Posts Tagged ‘audio’

It’s been quite a while since I’ve posted, but I’ve been very busy with some new projects, one of which was the audio post-production on a state wide TV broadcast production that aired on christmas day.

The other however, was this:

I worked on many of the sound effects and much of the music for this game, and would very much like to see it come alive! And if it does, I will do a massive write up a lot of the stuff I did for anyone interested in some amateur game audio. So please back this!

The game has a really great story, a rough draft of which can be read here:

And all my submissions for the game can be heard here:

(I’m Alec Shea)

It would mean a lot to me and the awesome dudes from Detour Games if we could get this funded, please help!

And I promise I will do an awesome tutorial if it does!

Hi everyone, I found this great blog today for people who do most of their mixing digitally, like me. As much as I like the sound of analogue gear in many cases, digital mixing is simpler, faster, and best of all, cheaper. This site has some awesome info on VST plugins and what they’re mixing qualities are like. Definitely worth checking out.

For my first assignment for digital audio programming at uni we have to do some sort of electronic version of Eleanor Rigby, so as to be expected I decided to go dubstep. The project  is still in the works but it will be up on sound cloud soon enough, however I’d like to mention as a logic user how effect it was using a sampled kit and mixing/adding effects rather than using ultrabeat, don’t get me wrong, ultrabeat has some great kit sounds, but a recorded kit is just so much fatter. If you want a big sound, you need big samples. I’d like to personally recommend this kit sounds absolutely awesome. Changestudios is responsible for the production of my favourite band, Sleeping with Sirens but these samples when edited right will create just bout any huge sounding drum kit you like.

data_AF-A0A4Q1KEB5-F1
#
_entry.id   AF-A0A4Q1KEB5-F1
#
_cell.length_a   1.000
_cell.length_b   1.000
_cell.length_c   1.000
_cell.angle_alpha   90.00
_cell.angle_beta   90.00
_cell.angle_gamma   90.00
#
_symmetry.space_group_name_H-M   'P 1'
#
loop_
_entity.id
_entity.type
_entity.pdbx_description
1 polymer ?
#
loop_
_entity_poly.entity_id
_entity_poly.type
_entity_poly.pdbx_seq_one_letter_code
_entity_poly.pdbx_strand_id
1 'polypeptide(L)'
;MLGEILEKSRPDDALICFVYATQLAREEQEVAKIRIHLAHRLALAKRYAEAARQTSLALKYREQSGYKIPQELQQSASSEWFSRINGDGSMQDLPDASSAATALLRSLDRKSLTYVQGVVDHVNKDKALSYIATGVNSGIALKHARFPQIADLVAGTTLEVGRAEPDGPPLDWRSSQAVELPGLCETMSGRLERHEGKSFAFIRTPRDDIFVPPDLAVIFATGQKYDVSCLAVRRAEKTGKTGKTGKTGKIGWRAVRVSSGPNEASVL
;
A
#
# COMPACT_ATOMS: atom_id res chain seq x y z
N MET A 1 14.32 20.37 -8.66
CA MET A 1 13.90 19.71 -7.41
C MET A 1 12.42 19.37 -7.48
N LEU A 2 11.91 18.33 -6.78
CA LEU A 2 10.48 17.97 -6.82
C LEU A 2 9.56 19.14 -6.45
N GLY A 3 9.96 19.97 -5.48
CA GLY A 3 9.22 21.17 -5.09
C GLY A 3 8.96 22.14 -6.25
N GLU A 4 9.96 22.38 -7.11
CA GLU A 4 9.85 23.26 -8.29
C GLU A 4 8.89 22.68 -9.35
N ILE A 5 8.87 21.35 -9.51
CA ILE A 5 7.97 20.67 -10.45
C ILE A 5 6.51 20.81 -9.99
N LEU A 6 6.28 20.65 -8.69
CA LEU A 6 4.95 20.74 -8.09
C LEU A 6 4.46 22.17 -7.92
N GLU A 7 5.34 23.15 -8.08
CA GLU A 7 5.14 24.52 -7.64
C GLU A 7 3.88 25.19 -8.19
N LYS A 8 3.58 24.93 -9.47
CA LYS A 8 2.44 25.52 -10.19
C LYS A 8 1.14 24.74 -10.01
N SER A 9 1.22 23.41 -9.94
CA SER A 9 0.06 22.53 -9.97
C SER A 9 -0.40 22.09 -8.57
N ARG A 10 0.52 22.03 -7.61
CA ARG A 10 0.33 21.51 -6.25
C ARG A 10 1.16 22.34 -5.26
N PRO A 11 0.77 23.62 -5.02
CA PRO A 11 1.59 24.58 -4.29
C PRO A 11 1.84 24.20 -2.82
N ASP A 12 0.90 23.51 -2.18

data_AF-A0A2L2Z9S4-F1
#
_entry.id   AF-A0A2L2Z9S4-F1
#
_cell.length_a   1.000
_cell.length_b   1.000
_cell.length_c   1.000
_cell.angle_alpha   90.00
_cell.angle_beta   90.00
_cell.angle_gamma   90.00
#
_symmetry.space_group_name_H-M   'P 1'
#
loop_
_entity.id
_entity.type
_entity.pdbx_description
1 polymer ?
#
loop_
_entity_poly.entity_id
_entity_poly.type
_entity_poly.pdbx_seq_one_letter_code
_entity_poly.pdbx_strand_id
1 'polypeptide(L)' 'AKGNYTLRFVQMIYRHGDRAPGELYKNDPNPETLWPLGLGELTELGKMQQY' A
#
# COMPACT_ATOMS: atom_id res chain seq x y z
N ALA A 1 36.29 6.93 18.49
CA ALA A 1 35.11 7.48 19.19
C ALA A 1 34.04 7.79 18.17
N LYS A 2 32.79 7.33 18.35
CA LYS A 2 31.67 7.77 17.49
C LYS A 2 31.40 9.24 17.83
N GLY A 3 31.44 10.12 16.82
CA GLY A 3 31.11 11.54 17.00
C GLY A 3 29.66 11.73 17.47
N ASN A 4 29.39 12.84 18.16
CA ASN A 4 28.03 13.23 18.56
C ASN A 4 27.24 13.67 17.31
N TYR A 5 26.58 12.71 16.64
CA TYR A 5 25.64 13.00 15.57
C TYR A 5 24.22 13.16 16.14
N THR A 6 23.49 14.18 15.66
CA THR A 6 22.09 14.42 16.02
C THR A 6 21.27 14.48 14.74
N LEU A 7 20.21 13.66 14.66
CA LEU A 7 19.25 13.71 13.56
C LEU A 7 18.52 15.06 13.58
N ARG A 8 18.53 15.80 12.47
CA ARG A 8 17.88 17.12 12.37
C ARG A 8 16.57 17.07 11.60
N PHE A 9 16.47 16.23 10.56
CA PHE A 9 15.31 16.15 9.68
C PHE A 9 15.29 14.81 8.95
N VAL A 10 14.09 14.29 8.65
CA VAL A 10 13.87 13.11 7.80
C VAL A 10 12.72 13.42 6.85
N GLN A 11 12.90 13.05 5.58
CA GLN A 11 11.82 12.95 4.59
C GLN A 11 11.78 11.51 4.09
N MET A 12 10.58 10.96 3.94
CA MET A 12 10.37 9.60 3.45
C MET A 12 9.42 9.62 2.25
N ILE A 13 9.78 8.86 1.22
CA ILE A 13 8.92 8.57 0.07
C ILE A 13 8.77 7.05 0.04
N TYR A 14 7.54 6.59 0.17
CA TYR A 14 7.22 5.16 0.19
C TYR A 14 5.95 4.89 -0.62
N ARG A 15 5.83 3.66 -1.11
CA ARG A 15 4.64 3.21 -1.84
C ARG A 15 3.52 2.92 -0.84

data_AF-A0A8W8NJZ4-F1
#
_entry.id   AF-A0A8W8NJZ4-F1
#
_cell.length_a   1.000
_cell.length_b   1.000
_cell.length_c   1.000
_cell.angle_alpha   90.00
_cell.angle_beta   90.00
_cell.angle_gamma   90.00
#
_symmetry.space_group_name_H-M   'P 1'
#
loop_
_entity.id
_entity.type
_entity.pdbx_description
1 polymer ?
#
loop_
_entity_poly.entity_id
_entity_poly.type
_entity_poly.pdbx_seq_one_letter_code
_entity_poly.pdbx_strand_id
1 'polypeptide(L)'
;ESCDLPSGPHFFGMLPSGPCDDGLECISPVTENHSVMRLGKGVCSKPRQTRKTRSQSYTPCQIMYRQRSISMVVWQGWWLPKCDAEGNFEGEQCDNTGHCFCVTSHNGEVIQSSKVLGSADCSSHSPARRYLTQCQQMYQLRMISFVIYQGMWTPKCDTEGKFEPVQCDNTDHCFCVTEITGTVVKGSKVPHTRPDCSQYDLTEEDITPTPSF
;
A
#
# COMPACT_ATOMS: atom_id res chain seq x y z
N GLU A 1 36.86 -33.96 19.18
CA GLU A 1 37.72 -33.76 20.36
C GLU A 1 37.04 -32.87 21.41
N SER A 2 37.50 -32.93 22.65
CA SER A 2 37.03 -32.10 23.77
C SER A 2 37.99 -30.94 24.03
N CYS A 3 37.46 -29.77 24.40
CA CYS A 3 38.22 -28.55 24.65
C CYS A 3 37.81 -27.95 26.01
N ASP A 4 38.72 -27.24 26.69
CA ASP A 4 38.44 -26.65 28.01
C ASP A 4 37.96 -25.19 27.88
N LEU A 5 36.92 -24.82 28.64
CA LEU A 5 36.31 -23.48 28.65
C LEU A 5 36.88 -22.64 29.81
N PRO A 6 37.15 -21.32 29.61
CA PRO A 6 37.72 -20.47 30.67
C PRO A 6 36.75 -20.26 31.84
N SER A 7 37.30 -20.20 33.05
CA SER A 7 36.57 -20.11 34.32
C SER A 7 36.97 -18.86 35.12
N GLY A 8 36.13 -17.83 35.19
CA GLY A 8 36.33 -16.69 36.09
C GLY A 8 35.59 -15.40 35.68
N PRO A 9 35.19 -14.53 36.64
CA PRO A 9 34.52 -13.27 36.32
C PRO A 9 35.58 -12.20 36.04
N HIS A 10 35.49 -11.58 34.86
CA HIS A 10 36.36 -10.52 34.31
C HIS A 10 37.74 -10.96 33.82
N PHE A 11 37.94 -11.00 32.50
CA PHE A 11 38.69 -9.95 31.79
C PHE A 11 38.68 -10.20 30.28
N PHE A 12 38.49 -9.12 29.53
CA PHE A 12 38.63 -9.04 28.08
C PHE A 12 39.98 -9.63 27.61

I’d also like to share this tutorial video, and this guys channel in general, I’ve spent a lot of time searching for good dubstep tutorials, and this guy is one of the best I’ve found.

The Mix was an intense process. Without many instruments we had to create a full sound. With the help of Logic 9, I think it went pretty well.

All songs were recorded in the one session and each instrument had the same track for each song, so these settings were applied to all songs, then split off and minor tweaks were made (most of which probably won’t be mentioned because they’re not really very interesting.) Sam wanted his EP sound to be really consistent so we decided doing it like this would be a fun, challenging and interesting approach.

I started mixing the first song, which was probably the thinnest of the lot with nothing but guitars and vox. It’s quite an intense and raw song and I wanted the EP to start strong. I started with the guitars and did the usual pan each mic to either side, high pass and low pass EQ to keep out sounds not in the frequency range, some low mid cuts and a slight high mid boost to eliminate any masking, compressor and a noise gate. This got it sounding pretty good, but after mixing everything else the guitar just seemed to not… sit right, it was just a little overpowering in the high mids, so I decided to do something I tried in a different mix. I put a stereo spreader on both guitar mic tracks and spread the upper mids a little, order 11 for one and 12 for the other so the same frequencies weren’t being spread on either side. Being already panned to one side, this pushed some of those frequencies just a little closer to the middle, widening it at the loss of some of its power, perfect!